- Child birth
an important number of women notice how their hair gets fuller during pregnancy. The high levels of hormones that help hair rest from falling out are responsible for that fuller appearance. Unfortunately, it doesn’t take long and right after childbirth, as the hormone levels go back to normal, the once fuller strands are going to fall out. And women may experience an impressive amount of hair loss at one time, taking around 2 years until hair goes back to its normal condition.
This is no myth at all: stress does kill. Stress is also an important cause for hair follicles to become toxic, making your hair fall out. You may have seen it in the movies how people may pull their own hair, but it’s stress that can do that for you. A stressful period in your life may cause hair loss so you need to minimize stress as it’s going to affect not only your hair, but also your entire body and mind.
- The pill
It’s not very well known, but a side effect of birth control pill is the hair loss. The same hormones that control ovulation may cause thinning of hair in some women, especially those coming from families with hair loss experiences.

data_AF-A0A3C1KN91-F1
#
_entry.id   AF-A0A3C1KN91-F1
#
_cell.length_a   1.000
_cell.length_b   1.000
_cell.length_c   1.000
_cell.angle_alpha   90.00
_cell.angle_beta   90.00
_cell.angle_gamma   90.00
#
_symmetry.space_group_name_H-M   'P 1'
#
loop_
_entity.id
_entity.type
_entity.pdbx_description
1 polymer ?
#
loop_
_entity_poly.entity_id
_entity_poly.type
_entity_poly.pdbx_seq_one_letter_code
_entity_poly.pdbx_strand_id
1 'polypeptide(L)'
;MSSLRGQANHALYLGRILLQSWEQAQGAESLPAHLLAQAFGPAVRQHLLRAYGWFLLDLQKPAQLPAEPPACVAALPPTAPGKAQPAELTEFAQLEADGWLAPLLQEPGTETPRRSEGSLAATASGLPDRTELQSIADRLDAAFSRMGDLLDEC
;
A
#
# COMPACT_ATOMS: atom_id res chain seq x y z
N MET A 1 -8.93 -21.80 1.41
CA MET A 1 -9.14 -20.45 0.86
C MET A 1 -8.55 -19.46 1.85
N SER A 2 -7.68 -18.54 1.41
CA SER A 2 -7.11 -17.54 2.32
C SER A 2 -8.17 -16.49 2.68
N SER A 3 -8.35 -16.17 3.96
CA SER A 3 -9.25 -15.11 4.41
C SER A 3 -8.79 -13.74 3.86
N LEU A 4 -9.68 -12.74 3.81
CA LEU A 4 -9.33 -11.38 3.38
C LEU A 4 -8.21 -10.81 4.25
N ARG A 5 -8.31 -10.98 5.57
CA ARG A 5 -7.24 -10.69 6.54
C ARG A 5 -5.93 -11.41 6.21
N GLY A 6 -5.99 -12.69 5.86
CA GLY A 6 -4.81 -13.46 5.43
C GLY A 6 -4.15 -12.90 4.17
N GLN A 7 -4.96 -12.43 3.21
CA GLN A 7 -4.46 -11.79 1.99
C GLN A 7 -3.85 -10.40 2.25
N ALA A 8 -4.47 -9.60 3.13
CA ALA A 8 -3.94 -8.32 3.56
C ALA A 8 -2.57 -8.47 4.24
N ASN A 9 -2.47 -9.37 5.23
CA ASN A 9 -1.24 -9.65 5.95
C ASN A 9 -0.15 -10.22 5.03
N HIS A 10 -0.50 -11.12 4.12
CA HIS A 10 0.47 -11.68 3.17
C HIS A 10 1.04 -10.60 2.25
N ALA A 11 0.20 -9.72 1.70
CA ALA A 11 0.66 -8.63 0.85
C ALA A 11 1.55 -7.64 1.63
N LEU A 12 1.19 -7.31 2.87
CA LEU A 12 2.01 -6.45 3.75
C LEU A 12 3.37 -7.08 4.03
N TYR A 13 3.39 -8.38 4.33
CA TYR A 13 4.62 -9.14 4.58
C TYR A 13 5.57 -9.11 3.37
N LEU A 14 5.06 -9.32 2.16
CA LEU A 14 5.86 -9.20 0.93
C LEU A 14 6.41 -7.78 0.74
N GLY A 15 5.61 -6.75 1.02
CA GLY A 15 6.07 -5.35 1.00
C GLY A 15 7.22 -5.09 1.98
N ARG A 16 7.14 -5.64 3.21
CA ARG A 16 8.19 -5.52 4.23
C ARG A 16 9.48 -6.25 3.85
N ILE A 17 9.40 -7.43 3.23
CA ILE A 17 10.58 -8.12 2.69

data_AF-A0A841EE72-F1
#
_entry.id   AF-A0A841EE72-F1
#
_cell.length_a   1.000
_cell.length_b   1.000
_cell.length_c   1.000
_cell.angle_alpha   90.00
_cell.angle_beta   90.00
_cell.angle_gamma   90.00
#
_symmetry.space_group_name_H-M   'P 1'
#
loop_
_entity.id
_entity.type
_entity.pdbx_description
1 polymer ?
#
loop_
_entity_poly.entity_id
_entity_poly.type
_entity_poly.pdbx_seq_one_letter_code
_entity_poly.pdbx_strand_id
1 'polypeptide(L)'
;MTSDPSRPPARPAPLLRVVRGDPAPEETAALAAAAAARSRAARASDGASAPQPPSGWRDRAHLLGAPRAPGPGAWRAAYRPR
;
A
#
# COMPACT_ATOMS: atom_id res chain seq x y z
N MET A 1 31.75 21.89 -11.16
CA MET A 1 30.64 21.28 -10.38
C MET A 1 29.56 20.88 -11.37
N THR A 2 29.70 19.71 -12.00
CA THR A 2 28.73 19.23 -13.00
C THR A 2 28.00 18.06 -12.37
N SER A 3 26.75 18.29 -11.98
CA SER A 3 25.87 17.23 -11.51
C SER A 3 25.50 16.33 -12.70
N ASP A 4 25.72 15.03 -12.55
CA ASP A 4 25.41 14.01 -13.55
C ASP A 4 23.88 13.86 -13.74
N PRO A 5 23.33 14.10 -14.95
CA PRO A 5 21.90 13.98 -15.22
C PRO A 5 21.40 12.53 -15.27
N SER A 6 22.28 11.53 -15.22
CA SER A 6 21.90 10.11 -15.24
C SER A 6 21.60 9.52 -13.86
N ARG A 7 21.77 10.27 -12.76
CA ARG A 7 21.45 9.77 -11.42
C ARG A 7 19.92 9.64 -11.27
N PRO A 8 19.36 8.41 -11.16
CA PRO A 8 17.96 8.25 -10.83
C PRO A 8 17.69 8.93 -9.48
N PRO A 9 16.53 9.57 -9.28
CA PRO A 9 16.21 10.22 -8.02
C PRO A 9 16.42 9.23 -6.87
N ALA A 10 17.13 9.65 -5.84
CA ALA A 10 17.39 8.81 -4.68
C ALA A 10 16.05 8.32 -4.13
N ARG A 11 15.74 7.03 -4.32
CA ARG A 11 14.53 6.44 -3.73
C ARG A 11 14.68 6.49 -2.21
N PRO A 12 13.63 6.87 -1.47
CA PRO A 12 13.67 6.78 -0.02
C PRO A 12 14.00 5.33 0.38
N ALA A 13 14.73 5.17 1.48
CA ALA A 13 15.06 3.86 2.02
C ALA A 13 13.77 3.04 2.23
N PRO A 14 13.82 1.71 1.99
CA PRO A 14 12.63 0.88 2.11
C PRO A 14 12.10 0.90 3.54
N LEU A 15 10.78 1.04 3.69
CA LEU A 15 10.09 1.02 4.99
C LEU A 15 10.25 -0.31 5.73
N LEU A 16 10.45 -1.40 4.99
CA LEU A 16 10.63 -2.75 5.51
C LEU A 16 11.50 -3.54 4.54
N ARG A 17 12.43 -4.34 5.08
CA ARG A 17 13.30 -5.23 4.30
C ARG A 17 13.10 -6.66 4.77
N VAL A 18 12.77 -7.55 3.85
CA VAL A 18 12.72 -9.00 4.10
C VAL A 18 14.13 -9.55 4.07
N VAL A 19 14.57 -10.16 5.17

Hair loss may stop the moment you stop taking the pill.
Keep in mind that some blood thinners and medicines that control high blood pressure, arthritis, depression or heart disease may also cause hair loss.
- Alopecia Areata
This is a special condition that makes the hair fall out in amazing patches. The body’s immune system is the one to blame in this case, as it’s mistakenly attacking hair follicles. The damage isn’t permanent though, most of the time. The missing patches may grow back in six months or so.
However, in rare cases, people may in fact lose all of the hair from both their scalp and body.